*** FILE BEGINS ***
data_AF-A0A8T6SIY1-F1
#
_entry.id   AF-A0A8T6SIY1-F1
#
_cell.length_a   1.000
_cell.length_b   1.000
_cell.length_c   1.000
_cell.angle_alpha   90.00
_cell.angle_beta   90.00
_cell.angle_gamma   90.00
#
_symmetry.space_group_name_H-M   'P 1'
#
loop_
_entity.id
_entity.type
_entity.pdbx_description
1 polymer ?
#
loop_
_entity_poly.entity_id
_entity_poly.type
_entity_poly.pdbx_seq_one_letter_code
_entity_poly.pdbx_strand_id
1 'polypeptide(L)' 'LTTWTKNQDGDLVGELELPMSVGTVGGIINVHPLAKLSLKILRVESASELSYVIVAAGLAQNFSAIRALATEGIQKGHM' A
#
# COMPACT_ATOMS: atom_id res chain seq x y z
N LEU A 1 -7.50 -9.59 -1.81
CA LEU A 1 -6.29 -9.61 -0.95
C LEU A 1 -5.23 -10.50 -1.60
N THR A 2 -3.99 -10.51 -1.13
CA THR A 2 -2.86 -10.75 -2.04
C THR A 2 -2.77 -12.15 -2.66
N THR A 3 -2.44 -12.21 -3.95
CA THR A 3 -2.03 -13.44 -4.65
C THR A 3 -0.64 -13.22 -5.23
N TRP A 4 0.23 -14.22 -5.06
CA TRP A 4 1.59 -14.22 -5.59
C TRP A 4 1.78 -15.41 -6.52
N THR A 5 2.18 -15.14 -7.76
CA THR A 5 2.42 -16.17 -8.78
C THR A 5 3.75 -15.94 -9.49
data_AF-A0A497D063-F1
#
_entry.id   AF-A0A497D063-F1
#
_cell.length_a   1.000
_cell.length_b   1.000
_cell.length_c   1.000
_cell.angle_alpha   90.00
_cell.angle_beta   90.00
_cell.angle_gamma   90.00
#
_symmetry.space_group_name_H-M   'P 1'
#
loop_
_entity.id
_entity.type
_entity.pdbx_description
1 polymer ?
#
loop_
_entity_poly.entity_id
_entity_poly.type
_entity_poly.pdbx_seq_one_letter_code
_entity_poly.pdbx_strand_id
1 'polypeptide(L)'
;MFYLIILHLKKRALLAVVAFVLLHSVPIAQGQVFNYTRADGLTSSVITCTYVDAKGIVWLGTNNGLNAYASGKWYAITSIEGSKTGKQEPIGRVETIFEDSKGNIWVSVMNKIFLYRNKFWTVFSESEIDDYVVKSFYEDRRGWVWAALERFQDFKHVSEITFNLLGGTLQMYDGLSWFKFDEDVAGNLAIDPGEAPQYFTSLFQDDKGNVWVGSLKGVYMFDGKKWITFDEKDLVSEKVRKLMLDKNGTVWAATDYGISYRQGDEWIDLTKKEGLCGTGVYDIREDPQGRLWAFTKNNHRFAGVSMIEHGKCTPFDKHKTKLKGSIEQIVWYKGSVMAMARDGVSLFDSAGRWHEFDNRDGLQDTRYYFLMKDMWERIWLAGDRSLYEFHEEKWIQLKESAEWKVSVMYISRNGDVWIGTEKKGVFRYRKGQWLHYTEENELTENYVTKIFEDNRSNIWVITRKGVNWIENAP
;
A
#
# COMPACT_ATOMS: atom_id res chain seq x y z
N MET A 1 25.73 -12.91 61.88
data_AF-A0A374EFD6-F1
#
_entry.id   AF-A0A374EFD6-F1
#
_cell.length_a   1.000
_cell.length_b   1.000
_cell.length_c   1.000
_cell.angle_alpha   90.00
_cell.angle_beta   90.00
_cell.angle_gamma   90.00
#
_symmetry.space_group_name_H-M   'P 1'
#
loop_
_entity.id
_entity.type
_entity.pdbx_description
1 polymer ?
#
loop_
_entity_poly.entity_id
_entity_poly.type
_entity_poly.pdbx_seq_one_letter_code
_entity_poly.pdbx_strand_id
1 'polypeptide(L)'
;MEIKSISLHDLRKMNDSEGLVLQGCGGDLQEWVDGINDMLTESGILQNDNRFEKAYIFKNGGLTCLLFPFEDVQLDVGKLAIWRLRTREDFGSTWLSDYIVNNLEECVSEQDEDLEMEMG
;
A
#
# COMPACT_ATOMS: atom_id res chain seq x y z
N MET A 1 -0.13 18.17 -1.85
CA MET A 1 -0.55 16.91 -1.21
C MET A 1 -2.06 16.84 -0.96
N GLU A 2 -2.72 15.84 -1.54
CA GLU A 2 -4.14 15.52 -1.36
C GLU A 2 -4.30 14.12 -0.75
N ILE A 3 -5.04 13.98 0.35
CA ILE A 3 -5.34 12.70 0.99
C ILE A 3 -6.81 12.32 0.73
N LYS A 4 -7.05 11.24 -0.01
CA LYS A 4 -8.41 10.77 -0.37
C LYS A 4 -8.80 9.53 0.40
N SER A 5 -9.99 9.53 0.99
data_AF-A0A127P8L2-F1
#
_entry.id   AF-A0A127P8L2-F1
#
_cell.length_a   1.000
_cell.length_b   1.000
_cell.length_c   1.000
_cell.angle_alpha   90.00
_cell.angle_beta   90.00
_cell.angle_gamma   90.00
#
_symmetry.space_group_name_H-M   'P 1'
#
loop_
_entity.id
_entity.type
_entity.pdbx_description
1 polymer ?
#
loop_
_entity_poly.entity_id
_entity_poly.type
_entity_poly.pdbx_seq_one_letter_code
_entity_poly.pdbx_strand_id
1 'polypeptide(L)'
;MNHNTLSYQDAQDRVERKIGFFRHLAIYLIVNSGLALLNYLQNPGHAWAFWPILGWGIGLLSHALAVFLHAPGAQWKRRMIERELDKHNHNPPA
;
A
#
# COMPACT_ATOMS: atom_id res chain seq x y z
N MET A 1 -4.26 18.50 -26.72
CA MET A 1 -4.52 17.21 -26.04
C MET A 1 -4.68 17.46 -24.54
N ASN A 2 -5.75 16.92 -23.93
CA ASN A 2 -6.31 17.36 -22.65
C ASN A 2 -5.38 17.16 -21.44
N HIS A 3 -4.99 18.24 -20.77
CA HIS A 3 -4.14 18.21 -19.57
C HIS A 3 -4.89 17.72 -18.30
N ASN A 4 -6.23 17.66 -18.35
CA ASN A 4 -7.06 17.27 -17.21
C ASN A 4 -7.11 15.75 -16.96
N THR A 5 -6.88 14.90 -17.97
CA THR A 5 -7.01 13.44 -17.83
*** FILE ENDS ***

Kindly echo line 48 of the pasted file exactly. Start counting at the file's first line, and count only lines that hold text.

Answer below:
_cell.length_b   1.000